Smart Building + Smart Students = New Entrepreneurs

By Tim Vanevenhoven, Blog Contributor

I recently had the opportunity to be a mentor and judge at the first Aggies Invent competition in the new Zachry Engineering Education Complex on the Texas A&M campus in College Station, Texas. The cutting-edge building just opened just four weeks before the event and is packed full of the latest technology designed to enable collaborative learning. A high-performance network, its own mobile app, smart boards, huddle rooms, green-screen recording studios, videoconferencing with ceiling-mounted directional microphone arrays, and art created with live data to inspire creativity – this building has it all.

My Smart Campus Experience

Walking into the 525,000-square-foot building for the first time, and not knowing where I was going, I opened the EngiNearMe mobile app (installed by over 6000 people in the first month) and searched for the room where I would be holding a short training class for the students. The app gave me turn-by-turn directions upstairs to the third floor and I was there in no time. When I arrived at the room I was amazed by what I saw.

This room, called a learning studio, like 37 others, was a collaborative setup where each group of four students at a table had access to a monitor with content controlled by the professor. The system even allowed students to wirelessly share content with their table or the rest of the room. Large monitors surrounded the well-lit room. I had never held a training class in a space like this. There was a large smart board that controlled all of the monitors. When I shared my screen, it was easy for everyone to see the content on the monitor built into their table.

As a guest, I was easily able to join the guest Wi-Fi that blankets the entire building and outdoor space around the building. The entire WLAN infrastructure is Aruba, including security, switches, location ready access points, and beacons.

Aggies Invent

The next evening was the official start of the weekend event. The 50 selected students introduced themselves to each other and formed teams to solve one of ten “need statements” that were provided. In each case, they were trying to solve a business problem by using a location-aware mobile app to create an improved experience. Over the course of the weekend, the students had access to the entire building. Each team had two review sessions with their mentors to check in on their status and provide guidance. Saturday night some of the teams stayed up all night working on their projects.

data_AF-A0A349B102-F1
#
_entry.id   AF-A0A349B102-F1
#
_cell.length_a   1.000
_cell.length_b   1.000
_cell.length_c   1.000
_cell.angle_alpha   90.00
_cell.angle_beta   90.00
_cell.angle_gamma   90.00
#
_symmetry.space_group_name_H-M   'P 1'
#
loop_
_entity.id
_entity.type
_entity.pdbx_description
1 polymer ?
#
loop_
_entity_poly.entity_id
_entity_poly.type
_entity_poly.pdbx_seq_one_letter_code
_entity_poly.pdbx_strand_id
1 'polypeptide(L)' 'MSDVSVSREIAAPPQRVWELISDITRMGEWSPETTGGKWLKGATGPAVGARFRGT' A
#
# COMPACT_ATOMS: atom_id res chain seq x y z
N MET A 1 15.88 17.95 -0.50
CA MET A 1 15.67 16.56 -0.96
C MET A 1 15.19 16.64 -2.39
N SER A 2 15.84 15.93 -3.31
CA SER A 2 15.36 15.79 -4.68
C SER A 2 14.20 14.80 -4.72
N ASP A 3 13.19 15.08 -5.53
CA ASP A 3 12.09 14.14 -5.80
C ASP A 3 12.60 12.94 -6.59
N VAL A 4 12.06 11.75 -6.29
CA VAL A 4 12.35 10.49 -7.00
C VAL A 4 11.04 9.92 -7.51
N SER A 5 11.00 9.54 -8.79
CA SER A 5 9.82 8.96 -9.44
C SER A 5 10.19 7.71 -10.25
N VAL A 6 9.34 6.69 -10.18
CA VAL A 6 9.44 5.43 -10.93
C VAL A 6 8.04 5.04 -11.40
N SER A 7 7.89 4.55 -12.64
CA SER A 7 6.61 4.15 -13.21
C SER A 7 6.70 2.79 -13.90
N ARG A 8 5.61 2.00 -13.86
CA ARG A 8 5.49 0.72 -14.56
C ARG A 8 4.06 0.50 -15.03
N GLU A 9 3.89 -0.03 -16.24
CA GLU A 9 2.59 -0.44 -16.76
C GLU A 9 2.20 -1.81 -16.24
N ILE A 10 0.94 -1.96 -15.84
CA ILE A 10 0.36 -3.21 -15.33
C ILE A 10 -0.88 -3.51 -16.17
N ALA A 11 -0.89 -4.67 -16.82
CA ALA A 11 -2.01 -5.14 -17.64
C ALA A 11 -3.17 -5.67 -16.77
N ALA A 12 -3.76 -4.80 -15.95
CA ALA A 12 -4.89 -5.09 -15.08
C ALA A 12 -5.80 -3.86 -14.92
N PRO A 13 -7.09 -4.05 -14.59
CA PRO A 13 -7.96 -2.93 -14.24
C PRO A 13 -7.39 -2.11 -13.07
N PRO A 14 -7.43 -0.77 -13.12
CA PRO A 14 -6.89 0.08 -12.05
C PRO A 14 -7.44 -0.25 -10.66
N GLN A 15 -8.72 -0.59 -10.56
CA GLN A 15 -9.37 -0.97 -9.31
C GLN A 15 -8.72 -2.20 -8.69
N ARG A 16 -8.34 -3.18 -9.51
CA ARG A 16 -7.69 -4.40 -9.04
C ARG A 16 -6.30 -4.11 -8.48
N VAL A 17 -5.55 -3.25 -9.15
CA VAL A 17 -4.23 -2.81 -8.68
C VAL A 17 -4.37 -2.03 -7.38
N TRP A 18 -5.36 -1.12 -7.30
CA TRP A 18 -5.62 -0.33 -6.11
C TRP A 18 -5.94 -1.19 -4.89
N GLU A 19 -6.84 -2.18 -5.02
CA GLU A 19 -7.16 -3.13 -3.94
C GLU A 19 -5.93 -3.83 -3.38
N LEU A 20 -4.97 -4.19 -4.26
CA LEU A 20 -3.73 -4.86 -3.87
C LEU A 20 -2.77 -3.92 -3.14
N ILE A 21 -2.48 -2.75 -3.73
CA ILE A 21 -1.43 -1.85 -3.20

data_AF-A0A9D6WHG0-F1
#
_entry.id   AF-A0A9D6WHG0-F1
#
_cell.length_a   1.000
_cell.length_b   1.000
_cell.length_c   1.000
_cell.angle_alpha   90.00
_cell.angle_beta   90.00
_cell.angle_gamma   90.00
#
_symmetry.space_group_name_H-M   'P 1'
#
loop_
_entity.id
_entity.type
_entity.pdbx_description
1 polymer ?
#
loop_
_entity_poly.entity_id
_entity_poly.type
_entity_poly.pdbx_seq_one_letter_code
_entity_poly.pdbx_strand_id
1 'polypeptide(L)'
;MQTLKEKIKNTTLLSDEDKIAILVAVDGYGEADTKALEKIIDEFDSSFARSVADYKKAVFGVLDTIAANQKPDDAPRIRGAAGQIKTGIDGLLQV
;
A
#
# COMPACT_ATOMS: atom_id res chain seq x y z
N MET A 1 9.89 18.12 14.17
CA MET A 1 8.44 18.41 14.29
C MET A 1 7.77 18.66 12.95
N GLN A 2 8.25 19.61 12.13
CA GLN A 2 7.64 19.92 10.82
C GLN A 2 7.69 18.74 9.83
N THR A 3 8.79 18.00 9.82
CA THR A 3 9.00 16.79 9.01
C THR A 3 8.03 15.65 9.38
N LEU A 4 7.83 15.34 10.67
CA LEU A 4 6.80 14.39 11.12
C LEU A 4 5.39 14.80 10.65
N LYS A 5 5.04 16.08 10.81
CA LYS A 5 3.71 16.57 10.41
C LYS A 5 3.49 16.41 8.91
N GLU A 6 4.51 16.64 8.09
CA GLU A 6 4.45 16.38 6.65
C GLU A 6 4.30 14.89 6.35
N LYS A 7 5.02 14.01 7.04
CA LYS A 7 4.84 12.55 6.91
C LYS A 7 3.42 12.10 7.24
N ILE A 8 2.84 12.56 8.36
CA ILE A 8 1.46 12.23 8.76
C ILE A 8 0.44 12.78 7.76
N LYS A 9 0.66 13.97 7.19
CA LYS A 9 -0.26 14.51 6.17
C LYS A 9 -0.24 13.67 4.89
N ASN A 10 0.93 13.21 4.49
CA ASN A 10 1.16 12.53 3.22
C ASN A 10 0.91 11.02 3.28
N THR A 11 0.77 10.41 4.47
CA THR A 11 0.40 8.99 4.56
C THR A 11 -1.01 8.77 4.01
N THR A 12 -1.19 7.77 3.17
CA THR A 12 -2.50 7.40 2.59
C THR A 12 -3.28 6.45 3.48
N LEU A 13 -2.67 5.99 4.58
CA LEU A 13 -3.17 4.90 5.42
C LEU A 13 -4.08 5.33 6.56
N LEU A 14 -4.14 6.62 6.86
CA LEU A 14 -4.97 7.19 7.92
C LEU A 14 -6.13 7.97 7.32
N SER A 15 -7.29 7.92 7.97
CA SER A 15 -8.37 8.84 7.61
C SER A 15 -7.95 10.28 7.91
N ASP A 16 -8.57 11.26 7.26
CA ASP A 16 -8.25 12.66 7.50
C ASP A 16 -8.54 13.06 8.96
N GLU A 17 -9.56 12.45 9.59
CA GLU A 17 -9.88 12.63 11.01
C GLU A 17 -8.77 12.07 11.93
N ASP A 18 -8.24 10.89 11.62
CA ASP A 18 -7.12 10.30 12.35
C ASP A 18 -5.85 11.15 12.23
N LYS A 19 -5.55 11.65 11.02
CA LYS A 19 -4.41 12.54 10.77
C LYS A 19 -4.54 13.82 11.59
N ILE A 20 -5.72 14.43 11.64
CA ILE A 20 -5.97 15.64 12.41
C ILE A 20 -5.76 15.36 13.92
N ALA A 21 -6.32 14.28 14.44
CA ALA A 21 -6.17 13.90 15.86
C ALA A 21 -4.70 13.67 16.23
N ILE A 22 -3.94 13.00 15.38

On Sunday afternoon, after all of the teams showed a 90-second video they created and gave a 10-minute sales pitch to the judges, three teams walked away with prize money that they can apply toward books and expenses just like a scholarship. The winning teams were: Evexia, who designed a mobile app aimed at increasing patient satisfaction in healthcare; Museo, who built a museum app where the artists can connect with visitors by providing details about their life in augmented reality; and SmartCart, which was a BLE-enabled smart shopping cart and app to reduce friction in a brick-and-mortar store.

In less than 48 hours, each of the teams not only created a prototype of their product, but also got a taste of real-world business challenges that await them after graduation.

Looking Ahead

The Zachry building is a model for how students can use technology to engage with each other. It is a very similar model to the Smart Digital Workplace that is becoming more popular on corporate campuses. Hosting events like Aggies Invent in a space that enables creative thinking and collaboration using technology, Texas A&M is leading the way in teaching the next generation of workers to think creatively, collaboratively, and encourage an entrepreneurial spirit. It was a privilege to have had the opportunity to be a part of this event.

Related articles:

Texas A&M: “Students design apps in 48 hours during Aggies Invent”

Texas A&M University Advances Engineering Education with State-of-the-Art Complex Built on Aruba Mobile-First Solutions

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